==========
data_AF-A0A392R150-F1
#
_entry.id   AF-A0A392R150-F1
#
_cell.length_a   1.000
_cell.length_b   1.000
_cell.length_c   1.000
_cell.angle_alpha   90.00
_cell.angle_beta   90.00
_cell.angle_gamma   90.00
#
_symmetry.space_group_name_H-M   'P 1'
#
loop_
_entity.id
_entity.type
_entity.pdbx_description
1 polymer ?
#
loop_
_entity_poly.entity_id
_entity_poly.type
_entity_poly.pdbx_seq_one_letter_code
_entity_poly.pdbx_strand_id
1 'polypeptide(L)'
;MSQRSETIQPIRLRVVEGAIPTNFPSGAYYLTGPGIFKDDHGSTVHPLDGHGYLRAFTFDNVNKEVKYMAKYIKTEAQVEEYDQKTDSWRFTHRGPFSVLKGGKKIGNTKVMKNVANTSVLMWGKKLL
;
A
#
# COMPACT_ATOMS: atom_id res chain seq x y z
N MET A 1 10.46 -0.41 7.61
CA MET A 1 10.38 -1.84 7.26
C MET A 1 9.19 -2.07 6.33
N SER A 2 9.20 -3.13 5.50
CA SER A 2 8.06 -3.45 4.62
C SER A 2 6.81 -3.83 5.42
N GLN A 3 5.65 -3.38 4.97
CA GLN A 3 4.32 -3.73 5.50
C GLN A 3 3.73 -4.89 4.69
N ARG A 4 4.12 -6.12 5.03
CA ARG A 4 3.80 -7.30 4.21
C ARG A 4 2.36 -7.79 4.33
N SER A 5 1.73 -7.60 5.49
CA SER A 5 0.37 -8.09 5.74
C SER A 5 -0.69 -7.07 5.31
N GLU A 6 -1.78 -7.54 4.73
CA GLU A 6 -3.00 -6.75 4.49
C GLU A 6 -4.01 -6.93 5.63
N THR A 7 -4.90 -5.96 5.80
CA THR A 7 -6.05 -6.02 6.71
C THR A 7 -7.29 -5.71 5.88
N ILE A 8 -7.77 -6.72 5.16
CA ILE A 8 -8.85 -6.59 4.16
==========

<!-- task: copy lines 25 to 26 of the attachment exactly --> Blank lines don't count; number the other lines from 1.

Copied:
1 'polypeptide(L)'
;MSQRSETIQPIRLRVVEGAIPTNFPSGAYYLTGPGIFKDDHGSTVHPLDGHGYLRAFTFDNVNKEVKYMAKYIKTEAQVEEYDQKTDSWRFTHRGPFSVLKGGKKIGNTKVMKNVANTSVLMWGKKLL